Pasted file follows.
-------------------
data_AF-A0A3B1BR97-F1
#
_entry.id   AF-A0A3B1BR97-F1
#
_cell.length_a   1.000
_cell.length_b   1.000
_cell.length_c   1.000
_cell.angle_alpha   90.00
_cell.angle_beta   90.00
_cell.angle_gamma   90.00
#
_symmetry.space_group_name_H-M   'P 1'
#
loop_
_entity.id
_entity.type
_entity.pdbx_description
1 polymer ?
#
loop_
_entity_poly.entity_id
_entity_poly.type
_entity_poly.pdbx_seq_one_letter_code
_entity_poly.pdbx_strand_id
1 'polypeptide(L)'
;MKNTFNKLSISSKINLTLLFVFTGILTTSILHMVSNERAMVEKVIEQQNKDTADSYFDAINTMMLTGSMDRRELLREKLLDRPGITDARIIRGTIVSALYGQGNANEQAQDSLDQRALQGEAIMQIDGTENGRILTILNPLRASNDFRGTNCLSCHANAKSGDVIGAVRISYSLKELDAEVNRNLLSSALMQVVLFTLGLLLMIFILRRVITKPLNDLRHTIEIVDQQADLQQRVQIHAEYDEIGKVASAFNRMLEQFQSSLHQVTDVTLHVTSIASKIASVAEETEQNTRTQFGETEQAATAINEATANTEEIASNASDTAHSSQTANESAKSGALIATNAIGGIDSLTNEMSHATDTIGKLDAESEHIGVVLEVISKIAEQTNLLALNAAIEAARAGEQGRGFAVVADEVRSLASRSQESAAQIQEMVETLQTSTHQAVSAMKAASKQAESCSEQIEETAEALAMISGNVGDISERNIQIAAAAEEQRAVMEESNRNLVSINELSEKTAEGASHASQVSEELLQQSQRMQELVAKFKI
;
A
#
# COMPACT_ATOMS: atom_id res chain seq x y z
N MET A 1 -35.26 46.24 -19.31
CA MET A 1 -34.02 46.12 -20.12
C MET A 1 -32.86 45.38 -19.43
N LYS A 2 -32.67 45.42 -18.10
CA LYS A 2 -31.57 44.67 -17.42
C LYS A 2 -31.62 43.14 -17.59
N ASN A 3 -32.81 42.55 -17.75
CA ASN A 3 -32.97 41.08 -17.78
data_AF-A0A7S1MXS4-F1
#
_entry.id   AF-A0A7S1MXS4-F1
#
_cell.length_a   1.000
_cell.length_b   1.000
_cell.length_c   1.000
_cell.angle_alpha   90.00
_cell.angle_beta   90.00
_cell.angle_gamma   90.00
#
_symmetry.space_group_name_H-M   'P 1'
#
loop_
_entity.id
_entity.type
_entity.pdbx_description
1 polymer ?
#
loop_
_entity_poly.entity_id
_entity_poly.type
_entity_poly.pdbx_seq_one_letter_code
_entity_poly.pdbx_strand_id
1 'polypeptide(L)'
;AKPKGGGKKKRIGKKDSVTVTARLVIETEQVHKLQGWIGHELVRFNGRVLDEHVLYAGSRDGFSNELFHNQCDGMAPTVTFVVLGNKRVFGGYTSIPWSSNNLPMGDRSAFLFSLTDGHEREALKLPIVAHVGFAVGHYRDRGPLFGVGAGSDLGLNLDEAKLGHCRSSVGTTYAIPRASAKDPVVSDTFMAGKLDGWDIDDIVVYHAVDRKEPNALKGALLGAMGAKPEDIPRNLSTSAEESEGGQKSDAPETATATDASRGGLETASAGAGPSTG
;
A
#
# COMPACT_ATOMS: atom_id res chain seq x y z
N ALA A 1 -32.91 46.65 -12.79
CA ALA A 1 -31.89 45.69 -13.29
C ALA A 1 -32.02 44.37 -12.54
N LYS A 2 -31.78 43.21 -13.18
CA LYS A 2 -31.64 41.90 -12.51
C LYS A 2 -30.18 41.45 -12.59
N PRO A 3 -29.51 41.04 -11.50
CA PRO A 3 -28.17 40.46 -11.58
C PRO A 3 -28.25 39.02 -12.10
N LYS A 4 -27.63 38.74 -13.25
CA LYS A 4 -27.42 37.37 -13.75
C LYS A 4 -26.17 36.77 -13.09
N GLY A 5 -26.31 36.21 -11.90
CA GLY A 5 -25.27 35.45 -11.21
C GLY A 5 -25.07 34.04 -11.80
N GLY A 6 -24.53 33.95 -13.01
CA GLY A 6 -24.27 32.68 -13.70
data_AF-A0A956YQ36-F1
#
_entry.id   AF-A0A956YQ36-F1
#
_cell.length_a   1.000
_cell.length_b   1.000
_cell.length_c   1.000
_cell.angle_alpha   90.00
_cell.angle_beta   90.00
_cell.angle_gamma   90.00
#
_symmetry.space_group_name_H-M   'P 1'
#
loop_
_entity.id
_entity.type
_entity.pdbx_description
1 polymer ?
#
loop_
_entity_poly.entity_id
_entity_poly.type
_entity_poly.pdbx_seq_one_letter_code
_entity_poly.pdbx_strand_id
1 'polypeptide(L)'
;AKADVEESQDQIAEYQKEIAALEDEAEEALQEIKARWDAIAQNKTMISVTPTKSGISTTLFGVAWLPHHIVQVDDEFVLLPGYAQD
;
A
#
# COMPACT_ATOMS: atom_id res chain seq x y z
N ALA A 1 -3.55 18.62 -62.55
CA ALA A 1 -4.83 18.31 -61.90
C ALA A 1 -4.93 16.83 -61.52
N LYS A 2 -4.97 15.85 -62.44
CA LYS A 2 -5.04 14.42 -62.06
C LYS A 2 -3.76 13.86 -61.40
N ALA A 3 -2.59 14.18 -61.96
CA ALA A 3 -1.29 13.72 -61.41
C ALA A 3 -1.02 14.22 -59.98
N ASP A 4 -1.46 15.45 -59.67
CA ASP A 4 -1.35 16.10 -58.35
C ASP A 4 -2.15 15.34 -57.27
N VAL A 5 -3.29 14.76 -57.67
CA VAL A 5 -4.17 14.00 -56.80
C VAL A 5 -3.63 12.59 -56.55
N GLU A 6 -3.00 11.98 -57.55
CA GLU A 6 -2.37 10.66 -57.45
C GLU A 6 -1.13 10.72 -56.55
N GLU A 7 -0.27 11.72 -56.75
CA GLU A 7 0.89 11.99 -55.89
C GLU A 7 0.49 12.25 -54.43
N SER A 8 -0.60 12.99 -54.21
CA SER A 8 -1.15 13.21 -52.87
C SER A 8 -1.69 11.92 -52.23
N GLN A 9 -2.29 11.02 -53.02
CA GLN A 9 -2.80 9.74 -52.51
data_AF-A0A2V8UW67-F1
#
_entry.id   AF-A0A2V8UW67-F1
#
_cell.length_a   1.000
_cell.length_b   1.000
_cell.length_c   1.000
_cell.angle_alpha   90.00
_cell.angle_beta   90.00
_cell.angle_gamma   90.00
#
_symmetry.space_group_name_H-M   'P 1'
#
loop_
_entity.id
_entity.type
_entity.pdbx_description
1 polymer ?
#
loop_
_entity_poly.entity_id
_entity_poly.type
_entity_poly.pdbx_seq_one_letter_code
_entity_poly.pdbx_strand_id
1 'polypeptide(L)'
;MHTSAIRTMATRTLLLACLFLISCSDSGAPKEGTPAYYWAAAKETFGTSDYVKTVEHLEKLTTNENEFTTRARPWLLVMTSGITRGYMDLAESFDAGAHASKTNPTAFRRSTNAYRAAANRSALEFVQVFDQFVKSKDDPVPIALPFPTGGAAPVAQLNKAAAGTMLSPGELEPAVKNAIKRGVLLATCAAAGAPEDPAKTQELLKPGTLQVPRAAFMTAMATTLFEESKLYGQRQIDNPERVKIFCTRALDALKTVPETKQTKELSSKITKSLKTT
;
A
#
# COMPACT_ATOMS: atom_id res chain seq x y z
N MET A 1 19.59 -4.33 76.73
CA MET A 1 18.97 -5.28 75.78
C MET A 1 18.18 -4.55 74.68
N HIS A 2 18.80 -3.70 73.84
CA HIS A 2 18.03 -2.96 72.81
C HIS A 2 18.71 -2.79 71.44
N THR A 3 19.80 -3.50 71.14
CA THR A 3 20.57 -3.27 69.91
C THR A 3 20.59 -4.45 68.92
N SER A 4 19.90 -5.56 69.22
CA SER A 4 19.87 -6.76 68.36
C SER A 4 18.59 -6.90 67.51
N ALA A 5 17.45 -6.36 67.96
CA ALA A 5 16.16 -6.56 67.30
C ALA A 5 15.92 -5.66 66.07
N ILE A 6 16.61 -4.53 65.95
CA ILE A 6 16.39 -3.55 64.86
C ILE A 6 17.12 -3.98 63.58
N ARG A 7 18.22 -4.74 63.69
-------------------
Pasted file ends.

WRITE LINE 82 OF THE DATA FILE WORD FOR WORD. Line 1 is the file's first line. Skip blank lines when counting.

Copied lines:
CA GLY A 5 -25.27 35.45 -11.21